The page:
When I was twelve I went outside with my grandfather McGee one summer’s day. I went out on the front porch with him just after sunup. He turned to talk to me and he stopped and said, “Eunice, I didn’t know that your hair was such a pretty red.” I laughed and said that it was just the sun shining through it and lighting it up like that. I never forgot that moment. I had had so few compliments in my life and I was to remember that one always. My grandfather would sometimes pass behind me at the supper table and run his rough hand over my hair. He didn’t say anything, but I found it as comforting as a compliment.

Many years later, after I had married, I still kept my hair long and braided. It had become strawberry blonde. I wore it as a braid wrapped around my head. I took the pins [out] of my hair and wrapped the braid around my neck. It was as wide as a collar. Once I was wearing it that way when I went to call on Betty Graham and she asked me where I got a collar that so closely matched my hair. I told her it WAS my hair. She had to take it down to see the length of it and was surprised by its weight, too. I suppose that was the longest, and heaviest, it ever was.

Once when my niece Guy Ann was five years old and she and I were standing out in front of the Gunter Hotel in San Antonio waiting for my husband Fred, a strange woman came up to me and said, “Lady, did you know that your hair and that child’s hair are exactly the same color?” I had not thought about it but when we got home Guy Ann wanted to see for herself. So she pulled my hair down and laid hers over it. Sure enough, you could not tell where mine ended and hers began. As the years went by Guy Ann’s hair got a little darker and mine got ever lighter until it was both blonde and white.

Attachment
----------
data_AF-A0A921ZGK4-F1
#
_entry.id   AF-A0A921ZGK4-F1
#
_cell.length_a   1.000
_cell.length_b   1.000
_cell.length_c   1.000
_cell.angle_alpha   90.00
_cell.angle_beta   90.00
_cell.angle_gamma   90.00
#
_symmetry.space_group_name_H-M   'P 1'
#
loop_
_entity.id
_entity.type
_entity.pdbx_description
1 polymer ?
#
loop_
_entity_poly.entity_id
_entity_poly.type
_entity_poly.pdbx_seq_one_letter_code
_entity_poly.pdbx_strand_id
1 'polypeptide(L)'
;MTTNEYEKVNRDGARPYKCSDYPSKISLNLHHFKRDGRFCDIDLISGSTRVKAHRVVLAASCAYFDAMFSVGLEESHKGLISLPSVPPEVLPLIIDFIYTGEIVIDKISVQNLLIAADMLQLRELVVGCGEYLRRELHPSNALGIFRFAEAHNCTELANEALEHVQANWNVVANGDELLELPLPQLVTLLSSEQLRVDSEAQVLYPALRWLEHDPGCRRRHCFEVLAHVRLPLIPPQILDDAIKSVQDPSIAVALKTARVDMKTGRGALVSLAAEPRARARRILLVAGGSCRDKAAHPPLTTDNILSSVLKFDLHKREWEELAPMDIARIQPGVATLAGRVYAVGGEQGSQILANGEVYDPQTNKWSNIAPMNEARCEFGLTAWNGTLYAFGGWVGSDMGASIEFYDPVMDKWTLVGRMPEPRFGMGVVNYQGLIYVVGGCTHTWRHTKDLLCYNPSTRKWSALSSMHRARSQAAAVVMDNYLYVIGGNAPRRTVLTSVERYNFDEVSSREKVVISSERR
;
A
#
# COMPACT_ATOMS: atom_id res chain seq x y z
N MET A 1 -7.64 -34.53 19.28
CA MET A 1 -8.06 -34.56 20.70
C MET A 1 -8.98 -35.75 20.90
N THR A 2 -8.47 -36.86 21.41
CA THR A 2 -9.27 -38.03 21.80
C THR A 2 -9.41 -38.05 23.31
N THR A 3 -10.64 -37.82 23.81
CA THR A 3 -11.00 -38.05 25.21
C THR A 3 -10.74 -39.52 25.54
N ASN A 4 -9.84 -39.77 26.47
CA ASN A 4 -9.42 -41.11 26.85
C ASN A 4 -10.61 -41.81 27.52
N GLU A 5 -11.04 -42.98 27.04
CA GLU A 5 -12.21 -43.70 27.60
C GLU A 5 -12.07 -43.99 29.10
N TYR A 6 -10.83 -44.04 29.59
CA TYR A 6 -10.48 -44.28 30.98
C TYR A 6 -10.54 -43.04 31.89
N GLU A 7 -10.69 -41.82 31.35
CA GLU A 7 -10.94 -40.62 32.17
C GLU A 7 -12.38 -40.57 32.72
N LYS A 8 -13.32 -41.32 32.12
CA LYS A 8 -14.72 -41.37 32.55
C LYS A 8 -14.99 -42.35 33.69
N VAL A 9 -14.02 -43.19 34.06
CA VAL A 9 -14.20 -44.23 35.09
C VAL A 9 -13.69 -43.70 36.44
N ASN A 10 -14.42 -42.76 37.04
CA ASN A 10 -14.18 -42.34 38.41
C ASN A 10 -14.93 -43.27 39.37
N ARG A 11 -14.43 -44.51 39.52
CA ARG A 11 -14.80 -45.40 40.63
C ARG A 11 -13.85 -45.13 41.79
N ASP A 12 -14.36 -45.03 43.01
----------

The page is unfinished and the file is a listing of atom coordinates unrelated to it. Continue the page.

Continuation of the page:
In 1963, when I was in my late 70s, I ran into Sam Black, a man I had not seen for fifty years. He greeted me with these words, “Well, Eunice, you have lost some of the gold in your hair!”  Indeed I had.

Now that I am 80 years old, my hair is all white. White like new cotton. And I think it is just lovely.

My grandmother wanted all her life to be published. I am happy to know that, now, by quoting her here, she finally is. Happy Mother’s Day, Grandma.

McMurtry And Twain

Larry McMurtry is, by many standards, Texas’ best writer.

He wrote “Horseman, Pass By” to wide acclaim when he was just 25, which became the movie “HUD,” starring Paul Newman. When he was thirty, he published “The Last Picture Show,” which won him even greater critical praise and the movie that followed launched Cybil Shepard’s career.

“Terms of Endearment” is another of his great novels. The film that followed pumped sales of the book when Jack Nicholson and Shirley McClain took the lead roles. McMurtry’s best book is his Pulitzer Prize-winning “Lonesome Dove.” That became, to most Texans anyway, the best television miniseries of all time.